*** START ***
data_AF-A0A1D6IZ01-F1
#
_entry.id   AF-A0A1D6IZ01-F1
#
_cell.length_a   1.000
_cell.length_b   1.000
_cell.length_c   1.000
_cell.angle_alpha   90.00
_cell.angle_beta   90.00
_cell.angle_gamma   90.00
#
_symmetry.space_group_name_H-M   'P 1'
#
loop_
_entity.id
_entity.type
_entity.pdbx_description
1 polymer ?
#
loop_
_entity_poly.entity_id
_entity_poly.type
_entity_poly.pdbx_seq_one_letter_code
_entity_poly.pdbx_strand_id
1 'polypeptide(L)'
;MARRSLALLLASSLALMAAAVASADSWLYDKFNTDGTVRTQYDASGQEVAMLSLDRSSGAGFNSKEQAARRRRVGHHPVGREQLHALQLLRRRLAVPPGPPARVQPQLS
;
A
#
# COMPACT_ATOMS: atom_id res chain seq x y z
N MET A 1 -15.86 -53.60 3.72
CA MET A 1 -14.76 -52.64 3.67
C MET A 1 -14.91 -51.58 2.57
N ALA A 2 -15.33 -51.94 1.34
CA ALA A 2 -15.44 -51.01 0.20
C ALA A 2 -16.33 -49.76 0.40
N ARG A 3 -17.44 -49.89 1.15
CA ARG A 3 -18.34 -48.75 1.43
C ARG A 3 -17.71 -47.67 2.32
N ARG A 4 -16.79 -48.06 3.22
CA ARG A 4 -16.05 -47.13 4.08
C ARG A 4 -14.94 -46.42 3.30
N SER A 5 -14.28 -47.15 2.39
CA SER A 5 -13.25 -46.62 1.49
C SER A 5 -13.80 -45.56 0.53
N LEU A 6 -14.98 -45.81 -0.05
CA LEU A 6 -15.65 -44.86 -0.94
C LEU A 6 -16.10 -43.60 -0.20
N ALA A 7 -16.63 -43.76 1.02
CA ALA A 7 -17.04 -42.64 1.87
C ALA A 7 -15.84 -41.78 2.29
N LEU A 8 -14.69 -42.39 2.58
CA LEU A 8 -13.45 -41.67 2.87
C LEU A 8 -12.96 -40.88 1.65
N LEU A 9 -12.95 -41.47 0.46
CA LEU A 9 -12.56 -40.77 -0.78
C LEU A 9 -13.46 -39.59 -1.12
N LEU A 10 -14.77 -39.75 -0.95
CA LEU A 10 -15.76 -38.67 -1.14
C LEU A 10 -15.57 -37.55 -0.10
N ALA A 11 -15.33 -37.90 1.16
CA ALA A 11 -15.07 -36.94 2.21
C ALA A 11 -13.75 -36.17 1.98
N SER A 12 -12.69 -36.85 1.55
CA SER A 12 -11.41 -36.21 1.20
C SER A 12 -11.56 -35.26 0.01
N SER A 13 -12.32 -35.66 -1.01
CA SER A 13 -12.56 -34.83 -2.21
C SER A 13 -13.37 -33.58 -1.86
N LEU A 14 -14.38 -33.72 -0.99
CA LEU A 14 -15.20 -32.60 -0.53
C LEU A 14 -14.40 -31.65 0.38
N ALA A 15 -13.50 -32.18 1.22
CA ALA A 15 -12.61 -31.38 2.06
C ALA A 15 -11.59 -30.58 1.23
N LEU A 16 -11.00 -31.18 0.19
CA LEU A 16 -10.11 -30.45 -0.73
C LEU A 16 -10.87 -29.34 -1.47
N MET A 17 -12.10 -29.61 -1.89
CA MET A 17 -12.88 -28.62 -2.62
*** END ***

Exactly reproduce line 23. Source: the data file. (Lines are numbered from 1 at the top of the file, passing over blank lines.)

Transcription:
_entity_poly.pdbx_seq_one_letter_code